Open Accessibility Menu

Tim Teat - A weight lifted

Sleep apnea is no longer hindering Tim Teat’s fitness goals

Tim Teat has plenty of energy for rope exercises at the gym now that he is being treated for sleep apnea.

For Tim Teat, physical fitness is a priority. He lifts weights and maintains a strict diet and exercise plan. Yet something was still missing for this paragon of wellness.

He should have been gaining muscle. Instead, his weight stayed exactly the same.

He should have been full of energy. Instead, he relied on coffee and energy drinks to get him through the day.

He should have been sleeping soundly. Instead, his wife woke to the horrific sound of him choking in his sleep — multiple times, every night.

But Tim never suspected sleep apnea.

“As far as symptoms go, I didn’t identify with any of the typical issues, like falling asleep while driving or mid-conversation,” he says. “But if I sat in a recliner after 7 p.m., it would swallow me up and spit me out snoring.”

Then one night Tim woke up choking so badly that he got sick. He finally agreed to talk to his doctor, who referred him for a sleep study at the Methodist Richardson Medical Center Sleep Disorders Center.

Shocking results

During a typical sleep study, patients sleep for around eight hours to gather the information needed. Tim’s technician came back into the room after just one hour.

“I’ve never seen anything like this,” he told Tim. “This is the worst case of sleep apnea I’ve ever seen.”

Obstructive sleep apnea is a condition in which the upper airway becomes blocked during sleep. This limits or cuts off the airflow, and the patient stops breathing.

More than five of these apneic episodes an hour is considered abnormal. Tim was having 78! In other words, he didn’t have one single minute of uninterrupted sleep at night — ever.

His first sound sleep

When your head hits the pillow at night, you go through several stages of sleep. The deeper stages have been tied to many health benefits, including better memory and lower blood pressure. Sleep is when the body repairs and regrows tissues, builds bone and muscle, and strengthens the immune system.

Tim never left the first stage, so he never got any of these benefits.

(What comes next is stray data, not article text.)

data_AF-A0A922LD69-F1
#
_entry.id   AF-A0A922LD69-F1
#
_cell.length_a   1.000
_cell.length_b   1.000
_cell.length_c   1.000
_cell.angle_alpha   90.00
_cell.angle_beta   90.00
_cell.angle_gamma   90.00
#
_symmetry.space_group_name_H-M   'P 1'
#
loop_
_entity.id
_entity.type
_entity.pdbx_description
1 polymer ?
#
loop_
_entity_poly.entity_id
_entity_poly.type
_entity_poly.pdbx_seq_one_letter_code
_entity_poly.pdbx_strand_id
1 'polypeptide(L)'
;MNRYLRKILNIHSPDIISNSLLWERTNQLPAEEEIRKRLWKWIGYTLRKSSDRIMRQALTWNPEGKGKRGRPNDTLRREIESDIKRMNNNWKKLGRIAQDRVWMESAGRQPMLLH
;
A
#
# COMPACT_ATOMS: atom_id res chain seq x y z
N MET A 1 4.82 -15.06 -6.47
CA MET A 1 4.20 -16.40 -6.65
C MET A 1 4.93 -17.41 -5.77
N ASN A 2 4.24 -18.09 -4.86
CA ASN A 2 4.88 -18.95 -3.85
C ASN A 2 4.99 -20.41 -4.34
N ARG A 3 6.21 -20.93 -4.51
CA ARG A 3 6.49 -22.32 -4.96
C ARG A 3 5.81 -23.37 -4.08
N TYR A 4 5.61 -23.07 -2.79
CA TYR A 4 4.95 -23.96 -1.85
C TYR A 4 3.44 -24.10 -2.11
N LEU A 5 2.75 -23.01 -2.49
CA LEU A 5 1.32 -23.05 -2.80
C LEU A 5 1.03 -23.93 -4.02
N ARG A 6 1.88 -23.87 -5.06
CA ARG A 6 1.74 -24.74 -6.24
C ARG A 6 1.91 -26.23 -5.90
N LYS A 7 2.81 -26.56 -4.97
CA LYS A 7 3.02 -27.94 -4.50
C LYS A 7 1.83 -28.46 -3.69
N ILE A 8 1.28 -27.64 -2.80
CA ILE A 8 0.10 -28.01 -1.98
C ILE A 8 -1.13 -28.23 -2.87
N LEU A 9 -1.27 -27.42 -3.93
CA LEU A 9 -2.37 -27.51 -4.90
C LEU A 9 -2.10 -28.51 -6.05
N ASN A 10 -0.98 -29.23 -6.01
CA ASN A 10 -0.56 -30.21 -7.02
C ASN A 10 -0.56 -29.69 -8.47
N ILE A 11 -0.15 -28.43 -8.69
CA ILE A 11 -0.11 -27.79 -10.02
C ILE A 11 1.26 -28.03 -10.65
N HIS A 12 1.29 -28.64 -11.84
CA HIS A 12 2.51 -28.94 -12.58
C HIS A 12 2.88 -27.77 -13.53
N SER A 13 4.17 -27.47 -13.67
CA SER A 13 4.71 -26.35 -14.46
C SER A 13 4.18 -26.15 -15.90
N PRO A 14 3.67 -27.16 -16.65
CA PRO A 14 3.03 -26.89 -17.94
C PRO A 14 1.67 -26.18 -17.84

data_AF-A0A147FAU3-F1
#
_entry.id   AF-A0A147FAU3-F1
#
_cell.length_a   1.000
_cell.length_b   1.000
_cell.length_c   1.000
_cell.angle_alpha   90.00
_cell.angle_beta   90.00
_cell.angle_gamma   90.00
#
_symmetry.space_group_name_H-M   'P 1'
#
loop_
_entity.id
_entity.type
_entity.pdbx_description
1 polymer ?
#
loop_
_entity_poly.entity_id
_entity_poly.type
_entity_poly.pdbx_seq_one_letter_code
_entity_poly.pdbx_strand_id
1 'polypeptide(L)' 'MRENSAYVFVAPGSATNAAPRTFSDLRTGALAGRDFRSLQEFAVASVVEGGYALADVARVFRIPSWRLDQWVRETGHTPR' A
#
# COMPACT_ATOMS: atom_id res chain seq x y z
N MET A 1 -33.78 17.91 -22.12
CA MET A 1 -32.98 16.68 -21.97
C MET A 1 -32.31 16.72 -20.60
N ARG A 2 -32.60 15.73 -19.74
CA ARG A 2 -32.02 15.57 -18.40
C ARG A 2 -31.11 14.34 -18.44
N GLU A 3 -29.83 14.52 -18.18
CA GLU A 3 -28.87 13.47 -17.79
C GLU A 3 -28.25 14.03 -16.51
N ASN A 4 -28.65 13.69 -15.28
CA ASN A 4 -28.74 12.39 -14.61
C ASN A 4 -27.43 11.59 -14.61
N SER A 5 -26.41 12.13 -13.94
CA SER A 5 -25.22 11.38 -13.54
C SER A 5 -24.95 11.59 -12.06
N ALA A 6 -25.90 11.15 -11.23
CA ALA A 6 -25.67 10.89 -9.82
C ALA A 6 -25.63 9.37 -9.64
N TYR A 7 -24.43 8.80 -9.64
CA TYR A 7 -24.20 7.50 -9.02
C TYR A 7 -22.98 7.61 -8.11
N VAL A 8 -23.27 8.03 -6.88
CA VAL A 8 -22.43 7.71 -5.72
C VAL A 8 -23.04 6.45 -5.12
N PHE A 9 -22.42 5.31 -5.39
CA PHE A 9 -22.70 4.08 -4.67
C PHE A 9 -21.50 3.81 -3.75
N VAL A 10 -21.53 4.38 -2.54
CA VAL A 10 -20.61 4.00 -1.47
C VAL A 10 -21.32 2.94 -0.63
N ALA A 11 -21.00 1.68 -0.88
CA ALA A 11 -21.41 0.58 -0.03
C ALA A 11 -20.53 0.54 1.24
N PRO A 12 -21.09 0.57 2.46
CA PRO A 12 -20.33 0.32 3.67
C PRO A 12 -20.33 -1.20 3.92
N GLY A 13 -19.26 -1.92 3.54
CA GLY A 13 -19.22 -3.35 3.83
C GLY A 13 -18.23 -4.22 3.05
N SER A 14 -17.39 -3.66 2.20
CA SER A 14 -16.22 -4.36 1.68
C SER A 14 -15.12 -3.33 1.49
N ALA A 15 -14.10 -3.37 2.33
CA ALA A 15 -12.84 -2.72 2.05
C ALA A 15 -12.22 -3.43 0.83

After Tim met with Greg Foster, MD, pulmonologist on the medical staff at Methodist Richardson Medical Center who is board certified in sleep medicine, the sleep lab tested several CPAP setups to find the correct fit. CPAP is short for continuous positive airway pressure. Using a nasal mask, these machines push just enough air pressure into the nasal passages to keep the airways open, resulting in uninterrupted breathing.

With the right CPAP machine, Tim dreamt for the first time in his adult life.

“It was so incredibly vivid; I’ll never forget that sensation,” he says.

“I finally knew what it was like to really sleep.”

A life changed

While it typically takes a few weeks for patients to see any improvement, Dr. Foster says Tim’s sleep was affected immediately.

“When he came for a follow-up appointment about two weeks after getting the machine, his apneic episodes were down to an average of two per hour and his blood pressure was normal,” Dr. Foster says.

Tim is also finally seeing progress in his fitness goals. Since he started sleeping with the CPAP machine, he has gained 8 pounds of lean mass. What’s more, he feels “a million times better.” But it’s not only about all the things he’s gained — it’s also about what he’s lost.

“That exhaustion, that misery is no longer there,” he says. Now, with a solid eight hours of sleep a night, Tim has given up his caffeine habit and gained a new appreciation for what a night of rest can do for his body.